There are limitations to the unit. It doesn’t have crushing dynamic impact of bigger/badder transistor relatives. Though the bass is tight, the bottom octave was a tad soft. The unit includes a subsonic filter, starting appreciably below what would normally be considered “audible” bass. Is it causing a slight rolling near the audible range? As much as I’d like to find out, it’s a trivial issue. It’s possibly a power supply or capacitor thing. On a couple tracks, loud passages were a bit compressed. I noticed occasional brightness in bells, cymbals and loud brass. It’s very possible that it was the Shure making “noise,” but I didn’t have a better moving magnet on hand to double check. The PMMPmk2 didn’t have the high gain necessary for my moving coils. Besides, it makes more sense to partner this phono stage with a Shure V15 than a fiddly $5K moving coil. The Rek-O-Kut doesn’t have the microscopic resolving power of extremely sophisticated transistor units, especially the balanced ones.
There isn’t the three-dimensionality and depth of finer tube units. However it does a good job of placing images outside the speakers, and better than most tube units it seems. In tube units, unless parts are carefully matched, including the tubes, the ability to cast images outside the speakers is greatly diminished; this is easier to accomplish with transistor units. It doesn’t sound sterile or lugubrious, the two possible extremes in phono stage characters. The vestigial power supply is probably a limiting factor (and probably the capacitors, too). It would be a rewarding experiment to replace the wall-wart with batteries, and then replace the capacitors with Muse, Cerafine or other high performance capacitors. Or it might be a waste of time. If I get around to it……..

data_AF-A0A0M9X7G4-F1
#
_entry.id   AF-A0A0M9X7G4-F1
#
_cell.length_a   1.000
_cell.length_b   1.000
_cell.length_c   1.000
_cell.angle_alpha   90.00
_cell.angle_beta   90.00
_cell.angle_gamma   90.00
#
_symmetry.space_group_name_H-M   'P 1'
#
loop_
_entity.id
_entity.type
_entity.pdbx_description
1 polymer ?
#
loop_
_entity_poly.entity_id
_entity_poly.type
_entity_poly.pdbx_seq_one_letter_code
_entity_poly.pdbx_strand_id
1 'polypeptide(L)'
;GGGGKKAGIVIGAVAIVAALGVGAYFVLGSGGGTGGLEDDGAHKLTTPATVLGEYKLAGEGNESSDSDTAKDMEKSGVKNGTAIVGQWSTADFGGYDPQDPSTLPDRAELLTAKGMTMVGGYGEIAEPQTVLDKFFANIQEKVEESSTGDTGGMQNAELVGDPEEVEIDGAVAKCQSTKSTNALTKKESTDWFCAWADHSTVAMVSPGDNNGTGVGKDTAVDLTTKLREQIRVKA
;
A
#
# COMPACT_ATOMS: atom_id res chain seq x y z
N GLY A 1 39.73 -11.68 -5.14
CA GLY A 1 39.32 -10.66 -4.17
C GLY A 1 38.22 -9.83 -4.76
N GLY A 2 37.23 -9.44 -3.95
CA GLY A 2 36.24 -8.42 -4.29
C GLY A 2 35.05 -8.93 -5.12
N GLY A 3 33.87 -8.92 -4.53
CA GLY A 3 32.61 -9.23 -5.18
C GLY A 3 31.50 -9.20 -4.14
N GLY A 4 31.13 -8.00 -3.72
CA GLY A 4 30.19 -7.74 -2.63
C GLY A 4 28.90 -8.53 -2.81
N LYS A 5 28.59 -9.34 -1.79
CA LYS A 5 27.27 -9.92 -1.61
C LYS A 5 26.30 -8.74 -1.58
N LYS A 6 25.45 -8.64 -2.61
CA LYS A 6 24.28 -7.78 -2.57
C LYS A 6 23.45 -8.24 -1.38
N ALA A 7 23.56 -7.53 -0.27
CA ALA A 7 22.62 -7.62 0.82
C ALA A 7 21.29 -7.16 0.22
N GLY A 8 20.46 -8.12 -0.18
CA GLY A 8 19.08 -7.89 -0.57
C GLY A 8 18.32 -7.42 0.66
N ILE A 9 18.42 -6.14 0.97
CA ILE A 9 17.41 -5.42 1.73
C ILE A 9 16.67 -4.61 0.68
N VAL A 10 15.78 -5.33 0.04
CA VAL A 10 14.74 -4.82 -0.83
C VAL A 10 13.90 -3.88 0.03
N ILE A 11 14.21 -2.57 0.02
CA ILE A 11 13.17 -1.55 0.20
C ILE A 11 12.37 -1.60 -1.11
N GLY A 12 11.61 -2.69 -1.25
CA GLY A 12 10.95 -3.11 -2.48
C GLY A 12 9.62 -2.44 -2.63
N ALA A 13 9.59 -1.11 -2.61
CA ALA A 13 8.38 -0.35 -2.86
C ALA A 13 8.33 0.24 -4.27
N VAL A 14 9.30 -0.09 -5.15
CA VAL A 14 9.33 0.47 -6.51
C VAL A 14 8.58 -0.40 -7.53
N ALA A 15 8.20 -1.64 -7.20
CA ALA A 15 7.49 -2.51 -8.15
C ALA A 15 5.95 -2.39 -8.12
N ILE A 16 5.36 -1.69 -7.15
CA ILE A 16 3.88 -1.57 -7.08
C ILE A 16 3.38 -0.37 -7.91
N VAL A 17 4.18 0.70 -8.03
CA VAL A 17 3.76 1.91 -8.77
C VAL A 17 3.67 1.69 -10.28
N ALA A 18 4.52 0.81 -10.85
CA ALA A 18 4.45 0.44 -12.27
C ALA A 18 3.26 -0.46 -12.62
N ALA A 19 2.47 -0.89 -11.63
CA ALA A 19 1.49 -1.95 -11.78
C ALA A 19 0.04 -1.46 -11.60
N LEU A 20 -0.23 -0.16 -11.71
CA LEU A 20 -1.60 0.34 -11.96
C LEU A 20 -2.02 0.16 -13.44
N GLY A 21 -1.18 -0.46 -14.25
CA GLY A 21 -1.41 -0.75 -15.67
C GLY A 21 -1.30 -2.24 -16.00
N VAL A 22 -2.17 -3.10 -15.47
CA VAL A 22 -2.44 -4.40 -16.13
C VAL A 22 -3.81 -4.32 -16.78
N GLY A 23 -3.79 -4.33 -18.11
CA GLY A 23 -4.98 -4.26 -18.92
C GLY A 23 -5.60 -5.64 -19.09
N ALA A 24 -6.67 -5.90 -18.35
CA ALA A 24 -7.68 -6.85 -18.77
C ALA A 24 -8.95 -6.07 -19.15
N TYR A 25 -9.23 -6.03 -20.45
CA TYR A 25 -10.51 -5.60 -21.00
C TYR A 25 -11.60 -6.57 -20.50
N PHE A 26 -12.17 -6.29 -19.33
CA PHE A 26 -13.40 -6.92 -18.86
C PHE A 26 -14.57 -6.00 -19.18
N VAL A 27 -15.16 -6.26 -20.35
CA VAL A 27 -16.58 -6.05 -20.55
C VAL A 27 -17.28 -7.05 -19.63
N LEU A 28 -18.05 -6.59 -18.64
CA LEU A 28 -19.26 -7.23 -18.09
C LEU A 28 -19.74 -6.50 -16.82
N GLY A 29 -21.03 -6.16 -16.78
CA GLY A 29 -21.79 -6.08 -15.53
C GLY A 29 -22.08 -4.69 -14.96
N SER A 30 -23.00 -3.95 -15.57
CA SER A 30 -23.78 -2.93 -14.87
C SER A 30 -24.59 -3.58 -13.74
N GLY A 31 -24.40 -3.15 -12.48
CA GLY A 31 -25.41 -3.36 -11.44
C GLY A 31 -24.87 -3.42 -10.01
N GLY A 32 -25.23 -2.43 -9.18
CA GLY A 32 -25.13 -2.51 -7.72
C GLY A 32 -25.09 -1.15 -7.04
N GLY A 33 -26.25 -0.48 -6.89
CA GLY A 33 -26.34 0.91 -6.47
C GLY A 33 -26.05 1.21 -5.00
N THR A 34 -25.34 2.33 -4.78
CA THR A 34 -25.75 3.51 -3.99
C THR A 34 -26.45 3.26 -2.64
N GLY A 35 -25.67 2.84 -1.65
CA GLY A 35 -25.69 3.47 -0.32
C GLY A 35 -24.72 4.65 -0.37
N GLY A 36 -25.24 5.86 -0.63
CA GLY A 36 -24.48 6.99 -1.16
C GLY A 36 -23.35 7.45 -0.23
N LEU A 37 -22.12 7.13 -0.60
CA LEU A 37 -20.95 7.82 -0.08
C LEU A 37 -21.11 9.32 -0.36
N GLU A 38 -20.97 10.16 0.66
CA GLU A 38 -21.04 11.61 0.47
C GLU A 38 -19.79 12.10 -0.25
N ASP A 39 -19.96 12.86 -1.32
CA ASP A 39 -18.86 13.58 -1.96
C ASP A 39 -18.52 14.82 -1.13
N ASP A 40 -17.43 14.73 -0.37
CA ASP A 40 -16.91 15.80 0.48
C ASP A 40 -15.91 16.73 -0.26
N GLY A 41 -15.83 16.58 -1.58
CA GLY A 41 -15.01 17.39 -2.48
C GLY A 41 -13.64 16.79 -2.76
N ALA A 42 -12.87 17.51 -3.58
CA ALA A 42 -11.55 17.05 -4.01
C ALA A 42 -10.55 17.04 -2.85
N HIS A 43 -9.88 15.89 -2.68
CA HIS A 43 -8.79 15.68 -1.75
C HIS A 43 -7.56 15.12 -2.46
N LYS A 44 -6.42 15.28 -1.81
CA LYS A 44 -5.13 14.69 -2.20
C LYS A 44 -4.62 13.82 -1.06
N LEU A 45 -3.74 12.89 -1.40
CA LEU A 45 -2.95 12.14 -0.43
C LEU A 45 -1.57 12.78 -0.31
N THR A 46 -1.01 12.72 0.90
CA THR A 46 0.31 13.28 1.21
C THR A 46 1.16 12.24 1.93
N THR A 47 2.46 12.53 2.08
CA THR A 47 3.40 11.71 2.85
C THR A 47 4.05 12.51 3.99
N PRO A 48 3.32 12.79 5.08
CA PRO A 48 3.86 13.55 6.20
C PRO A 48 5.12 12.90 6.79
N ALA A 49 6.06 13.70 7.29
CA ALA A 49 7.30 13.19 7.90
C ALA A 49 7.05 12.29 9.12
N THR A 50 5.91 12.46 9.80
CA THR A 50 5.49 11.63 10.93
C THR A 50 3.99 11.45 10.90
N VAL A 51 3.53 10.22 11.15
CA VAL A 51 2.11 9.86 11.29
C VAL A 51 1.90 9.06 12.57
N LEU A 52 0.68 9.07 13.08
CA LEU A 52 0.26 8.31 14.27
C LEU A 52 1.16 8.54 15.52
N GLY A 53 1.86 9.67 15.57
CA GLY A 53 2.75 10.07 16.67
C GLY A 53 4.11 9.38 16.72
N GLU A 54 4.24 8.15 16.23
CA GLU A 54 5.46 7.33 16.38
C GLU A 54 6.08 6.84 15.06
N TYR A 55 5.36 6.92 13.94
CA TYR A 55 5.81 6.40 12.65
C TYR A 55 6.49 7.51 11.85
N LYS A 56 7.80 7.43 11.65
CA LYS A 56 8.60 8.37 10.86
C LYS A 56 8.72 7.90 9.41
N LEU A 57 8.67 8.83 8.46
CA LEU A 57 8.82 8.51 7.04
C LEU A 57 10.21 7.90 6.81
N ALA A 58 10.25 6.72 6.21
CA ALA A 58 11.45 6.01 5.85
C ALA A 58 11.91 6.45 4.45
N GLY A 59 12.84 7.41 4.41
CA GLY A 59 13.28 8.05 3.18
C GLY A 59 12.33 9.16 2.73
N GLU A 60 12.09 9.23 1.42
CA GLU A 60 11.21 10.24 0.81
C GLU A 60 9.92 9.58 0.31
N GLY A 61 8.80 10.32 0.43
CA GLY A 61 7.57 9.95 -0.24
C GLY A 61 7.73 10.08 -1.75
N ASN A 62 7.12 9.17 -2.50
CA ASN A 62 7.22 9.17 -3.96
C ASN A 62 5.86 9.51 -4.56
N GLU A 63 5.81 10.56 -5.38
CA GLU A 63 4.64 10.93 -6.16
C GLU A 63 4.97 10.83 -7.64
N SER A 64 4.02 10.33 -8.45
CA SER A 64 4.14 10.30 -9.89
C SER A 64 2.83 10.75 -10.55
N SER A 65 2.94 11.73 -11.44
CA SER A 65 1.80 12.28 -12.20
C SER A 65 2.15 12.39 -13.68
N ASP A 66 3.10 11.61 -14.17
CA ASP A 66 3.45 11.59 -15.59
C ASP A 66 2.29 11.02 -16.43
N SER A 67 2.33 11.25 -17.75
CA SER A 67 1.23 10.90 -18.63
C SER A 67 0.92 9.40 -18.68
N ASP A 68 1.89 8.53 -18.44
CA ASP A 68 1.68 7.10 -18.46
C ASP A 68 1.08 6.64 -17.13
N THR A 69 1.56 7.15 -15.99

Tickets for three to an amusement park? Twelve extra value meals? A bottle of cologne? One tank of gas? Music can be enjoyed, and for only $70. Considering you will use this phono stage longer than a day-pass to an amusement part, that it doesn’t give you heart disease, and that you don’t have to stand in line, it seems that the Rek-O-Kut is a better use of your money.
Re-Equalizer II: Oh! So That’s What They Meant!